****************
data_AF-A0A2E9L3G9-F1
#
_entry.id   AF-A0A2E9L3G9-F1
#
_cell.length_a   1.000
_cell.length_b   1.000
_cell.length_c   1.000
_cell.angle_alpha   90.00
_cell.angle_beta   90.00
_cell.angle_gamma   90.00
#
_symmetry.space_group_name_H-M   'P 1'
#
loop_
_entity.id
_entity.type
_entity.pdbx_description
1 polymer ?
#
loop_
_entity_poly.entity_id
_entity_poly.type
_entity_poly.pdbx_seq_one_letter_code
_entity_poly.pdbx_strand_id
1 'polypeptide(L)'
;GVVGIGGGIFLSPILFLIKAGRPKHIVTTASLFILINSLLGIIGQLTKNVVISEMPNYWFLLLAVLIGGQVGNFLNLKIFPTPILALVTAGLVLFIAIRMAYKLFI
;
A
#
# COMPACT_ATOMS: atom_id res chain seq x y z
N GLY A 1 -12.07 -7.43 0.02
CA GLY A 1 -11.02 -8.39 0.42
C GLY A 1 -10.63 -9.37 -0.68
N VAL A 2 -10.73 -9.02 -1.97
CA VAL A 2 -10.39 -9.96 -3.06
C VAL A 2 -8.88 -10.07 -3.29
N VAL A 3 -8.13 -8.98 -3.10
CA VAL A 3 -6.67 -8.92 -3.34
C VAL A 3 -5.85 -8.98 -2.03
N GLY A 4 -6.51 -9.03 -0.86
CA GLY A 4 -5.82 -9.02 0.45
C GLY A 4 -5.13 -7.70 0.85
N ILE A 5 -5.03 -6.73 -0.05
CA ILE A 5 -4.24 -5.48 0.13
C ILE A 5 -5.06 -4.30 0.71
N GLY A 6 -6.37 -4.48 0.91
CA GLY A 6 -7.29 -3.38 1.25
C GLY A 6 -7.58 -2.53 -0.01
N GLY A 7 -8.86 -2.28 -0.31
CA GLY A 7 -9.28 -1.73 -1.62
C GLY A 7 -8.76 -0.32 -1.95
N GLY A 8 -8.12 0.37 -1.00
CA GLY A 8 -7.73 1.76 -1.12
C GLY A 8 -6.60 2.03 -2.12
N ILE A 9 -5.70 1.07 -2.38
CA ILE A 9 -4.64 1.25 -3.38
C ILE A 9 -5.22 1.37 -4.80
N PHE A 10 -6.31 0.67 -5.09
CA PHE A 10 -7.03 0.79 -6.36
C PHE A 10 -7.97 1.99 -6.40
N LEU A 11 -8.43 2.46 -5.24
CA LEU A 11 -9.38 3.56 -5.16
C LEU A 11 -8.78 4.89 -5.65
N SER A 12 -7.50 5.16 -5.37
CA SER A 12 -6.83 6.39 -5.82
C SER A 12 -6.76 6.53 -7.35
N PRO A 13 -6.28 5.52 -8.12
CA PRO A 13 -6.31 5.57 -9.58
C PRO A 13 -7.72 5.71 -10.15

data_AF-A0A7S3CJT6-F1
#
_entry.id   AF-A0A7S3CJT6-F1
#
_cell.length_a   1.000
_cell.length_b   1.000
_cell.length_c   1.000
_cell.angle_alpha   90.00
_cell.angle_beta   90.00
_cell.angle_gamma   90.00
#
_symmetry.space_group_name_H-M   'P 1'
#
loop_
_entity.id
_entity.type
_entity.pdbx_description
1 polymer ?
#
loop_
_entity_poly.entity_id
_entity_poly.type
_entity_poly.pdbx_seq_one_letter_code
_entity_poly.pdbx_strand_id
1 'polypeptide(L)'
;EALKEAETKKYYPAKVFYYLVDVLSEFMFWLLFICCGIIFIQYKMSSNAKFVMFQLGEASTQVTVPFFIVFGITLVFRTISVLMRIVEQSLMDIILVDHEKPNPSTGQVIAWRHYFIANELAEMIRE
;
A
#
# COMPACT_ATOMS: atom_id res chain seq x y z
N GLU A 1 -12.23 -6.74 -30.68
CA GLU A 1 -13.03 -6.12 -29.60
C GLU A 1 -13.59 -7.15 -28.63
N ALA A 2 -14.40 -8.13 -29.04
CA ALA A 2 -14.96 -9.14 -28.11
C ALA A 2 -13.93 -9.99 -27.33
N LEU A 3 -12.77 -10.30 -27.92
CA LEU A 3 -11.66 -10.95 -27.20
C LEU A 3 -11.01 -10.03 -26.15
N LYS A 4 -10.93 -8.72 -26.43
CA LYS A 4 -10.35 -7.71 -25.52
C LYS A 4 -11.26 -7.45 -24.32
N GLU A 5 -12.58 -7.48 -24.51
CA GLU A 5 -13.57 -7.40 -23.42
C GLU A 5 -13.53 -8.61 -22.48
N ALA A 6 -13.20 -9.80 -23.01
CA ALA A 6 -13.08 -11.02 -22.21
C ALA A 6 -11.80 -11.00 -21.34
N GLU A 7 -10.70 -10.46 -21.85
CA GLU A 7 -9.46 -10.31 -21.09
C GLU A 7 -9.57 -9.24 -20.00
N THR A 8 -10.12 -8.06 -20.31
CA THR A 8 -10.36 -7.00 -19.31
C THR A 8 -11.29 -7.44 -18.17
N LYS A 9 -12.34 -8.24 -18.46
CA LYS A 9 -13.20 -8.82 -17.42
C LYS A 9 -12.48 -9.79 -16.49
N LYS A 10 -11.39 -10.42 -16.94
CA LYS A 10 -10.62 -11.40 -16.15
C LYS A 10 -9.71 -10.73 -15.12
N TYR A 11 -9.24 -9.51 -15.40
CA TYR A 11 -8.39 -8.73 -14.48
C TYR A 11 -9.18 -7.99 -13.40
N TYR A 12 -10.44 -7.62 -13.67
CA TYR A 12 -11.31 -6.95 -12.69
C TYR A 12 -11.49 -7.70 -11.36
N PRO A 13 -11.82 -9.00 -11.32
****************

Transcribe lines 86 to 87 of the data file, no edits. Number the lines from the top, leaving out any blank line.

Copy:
_entity.pdbx_description
1 polymer ?